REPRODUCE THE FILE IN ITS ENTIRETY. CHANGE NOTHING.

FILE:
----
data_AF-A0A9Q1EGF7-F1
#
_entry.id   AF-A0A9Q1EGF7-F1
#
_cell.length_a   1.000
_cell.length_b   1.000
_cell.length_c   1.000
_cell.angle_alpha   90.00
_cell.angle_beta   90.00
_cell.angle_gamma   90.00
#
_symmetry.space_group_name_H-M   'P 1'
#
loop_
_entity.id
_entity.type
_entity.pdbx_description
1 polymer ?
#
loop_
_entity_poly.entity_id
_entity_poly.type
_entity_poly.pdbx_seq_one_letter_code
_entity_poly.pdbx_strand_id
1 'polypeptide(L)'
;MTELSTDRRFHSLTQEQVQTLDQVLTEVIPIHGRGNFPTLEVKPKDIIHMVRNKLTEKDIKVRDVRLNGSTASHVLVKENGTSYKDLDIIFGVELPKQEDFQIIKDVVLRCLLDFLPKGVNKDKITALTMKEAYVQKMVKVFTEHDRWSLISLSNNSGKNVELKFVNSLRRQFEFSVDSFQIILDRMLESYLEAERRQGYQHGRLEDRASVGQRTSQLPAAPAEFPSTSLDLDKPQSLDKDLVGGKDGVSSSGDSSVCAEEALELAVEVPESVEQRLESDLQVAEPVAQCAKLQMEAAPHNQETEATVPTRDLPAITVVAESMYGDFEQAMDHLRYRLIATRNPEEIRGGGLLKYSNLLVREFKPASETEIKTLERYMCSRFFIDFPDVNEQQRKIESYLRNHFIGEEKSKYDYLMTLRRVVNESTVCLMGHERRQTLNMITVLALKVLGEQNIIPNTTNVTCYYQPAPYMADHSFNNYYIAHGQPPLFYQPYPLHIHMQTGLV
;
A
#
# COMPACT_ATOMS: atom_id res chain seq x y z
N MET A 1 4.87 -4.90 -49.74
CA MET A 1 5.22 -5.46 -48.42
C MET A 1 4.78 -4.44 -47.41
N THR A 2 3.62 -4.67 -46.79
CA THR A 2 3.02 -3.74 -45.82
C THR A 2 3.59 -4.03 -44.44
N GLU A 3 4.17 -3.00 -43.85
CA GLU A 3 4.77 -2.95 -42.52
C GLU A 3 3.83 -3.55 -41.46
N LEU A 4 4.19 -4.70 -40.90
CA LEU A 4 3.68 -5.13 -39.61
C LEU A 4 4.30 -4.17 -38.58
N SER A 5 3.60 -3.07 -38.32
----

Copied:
data_AF-A0A9Q1EGF7-F1
#
_entry.id   AF-A0A9Q1EGF7-F1
#
_cell.length_a   1.000
_cell.length_b   1.000
_cell.length_c   1.000
_cell.angle_alpha   90.00
_cell.angle_beta   90.00
_cell.angle_gamma   90.00
#
_symmetry.space_group_name_H-M   'P 1'
#
loop_
_entity.id
_entity.type
_entity.pdbx_description
1 polymer ?
#
loop_
_entity_poly.entity_id
_entity_poly.type
_entity_poly.pdbx_seq_one_letter_code
_entity_poly.pdbx_strand_id
1 'polypeptide(L)'
;MTELSTDRRFHSLTQEQVQTLDQVLTEVIPIHGRGNFPTLEVKPKDIIHMVRNKLTEKDIKVRDVRLNGSTASHVLVKENGTSYKDLDIIFGVELPKQEDFQIIKDVVLRCLLDFLPKGVNKDKITALTMKEAYVQKMVKVFTEHDRWSLISLSNNSGKNVELKFVNSLRRQFEFSVDSFQIILDRMLESYLEAERRQGYQHGRLEDRASVGQRTSQLPAAPAEFPSTSLDLDKPQSLDKDLVGGKDGVSSSGDSSVCAEEALELAVEVPESVEQRLESDLQVAEPVAQCAKLQMEAAPHNQETEATVPTRDLPAITVVAESMYGDFEQAMDHLRYRLIATRNPEEIRGGGLLKYSNLLVREFKPASETEIKTLERYMCSRFFIDFPDVNEQQRKIESYLRNHFIGEEKSKYDYLMTLRRVVNESTVCLMGHERRQTLNMITVLALKVLGEQNIIPNTTNVTCYYQPAPYMADHSFNNYYIAHGQPPLFYQPYPLHIHMQTGLV
;
A
#
# COMPACT_ATOMS: atom_id res chain seq x y z
N MET A 1 4.87 -4.90 -49.74
CA MET A 1 5.22 -5.46 -48.42
C MET A 1 4.78 -4.44 -47.41
N THR A 2 3.62 -4.67 -46.79
CA THR A 2 3.02 -3.74 -45.82
C THR A 2 3.59 -4.03 -44.44
N GLU A 3 4.17 -3.00 -43.85
CA GLU A 3 4.77 -2.95 -42.52
C GLU A 3 3.83 -3.55 -41.46
N LEU A 4 4.19 -4.70 -40.90
CA LEU A 4 3.68 -5.13 -39.61
C LEU A 4 4.30 -4.17 -38.58
N SER A 5 3.60 -3.07 -38.32